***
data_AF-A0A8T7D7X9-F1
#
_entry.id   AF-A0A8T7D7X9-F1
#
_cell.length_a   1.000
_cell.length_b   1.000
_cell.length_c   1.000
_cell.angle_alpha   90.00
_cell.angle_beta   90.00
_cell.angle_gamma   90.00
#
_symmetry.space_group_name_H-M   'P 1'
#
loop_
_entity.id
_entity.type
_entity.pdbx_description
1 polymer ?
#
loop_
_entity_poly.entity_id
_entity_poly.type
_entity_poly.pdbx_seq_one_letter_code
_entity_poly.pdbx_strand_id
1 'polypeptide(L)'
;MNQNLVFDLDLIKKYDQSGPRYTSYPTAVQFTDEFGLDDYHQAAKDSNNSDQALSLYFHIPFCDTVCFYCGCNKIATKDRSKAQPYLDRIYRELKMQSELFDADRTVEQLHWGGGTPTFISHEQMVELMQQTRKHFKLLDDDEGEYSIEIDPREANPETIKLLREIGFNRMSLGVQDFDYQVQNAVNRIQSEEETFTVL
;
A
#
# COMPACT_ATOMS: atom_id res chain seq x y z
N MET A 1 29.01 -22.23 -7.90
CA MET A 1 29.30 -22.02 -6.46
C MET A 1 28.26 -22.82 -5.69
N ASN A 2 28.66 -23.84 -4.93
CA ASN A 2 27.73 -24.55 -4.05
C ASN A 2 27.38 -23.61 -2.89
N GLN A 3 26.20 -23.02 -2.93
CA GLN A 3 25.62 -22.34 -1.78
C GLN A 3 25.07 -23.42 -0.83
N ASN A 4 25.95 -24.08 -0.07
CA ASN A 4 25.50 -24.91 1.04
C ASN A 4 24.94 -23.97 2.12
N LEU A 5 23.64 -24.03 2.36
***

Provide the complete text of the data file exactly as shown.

data_AF-A0A8T7D7X9-F1
#
_entry.id   AF-A0A8T7D7X9-F1
#
_cell.length_a   1.000
_cell.length_b   1.000
_cell.length_c   1.000
_cell.angle_alpha   90.00
_cell.angle_beta   90.00
_cell.angle_gamma   90.00
#
_symmetry.space_group_name_H-M   'P 1'
#
loop_
_entity.id
_entity.type
_entity.pdbx_description
1 polymer ?
#
loop_
_entity_poly.entity_id
_entity_poly.type
_entity_poly.pdbx_seq_one_letter_code
_entity_poly.pdbx_strand_id
1 'polypeptide(L)'
;MNQNLVFDLDLIKKYDQSGPRYTSYPTAVQFTDEFGLDDYHQAAKDSNNSDQALSLYFHIPFCDTVCFYCGCNKIATKDRSKAQPYLDRIYRELKMQSELFDADRTVEQLHWGGGTPTFISHEQMVELMQQTRKHFKLLDDDEGEYSIEIDPREANPETIKLLREIGFNRMSLGVQDFDYQVQNAVNRIQSEEETFTVL
;
A
#
# COMPACT_ATOMS: atom_id res chain seq x y z
N MET A 1 29.01 -22.23 -7.90
CA MET A 1 29.30 -22.02 -6.46
C MET A 1 28.26 -22.82 -5.69
N ASN A 2 28.66 -23.84 -4.93
CA ASN A 2 27.73 -24.55 -4.05
C ASN A 2 27.38 -23.61 -2.89
N GLN A 3 26.20 -23.02 -2.93
CA GLN A 3 25.62 -22.34 -1.78
C GLN A 3 25.07 -23.42 -0.83
N ASN A 4 25.95 -24.08 -0.07
CA ASN A 4 25.50 -24.91 1.04
C ASN A 4 24.94 -23.97 2.12
N LEU A 5 23.64 -24.03 2.36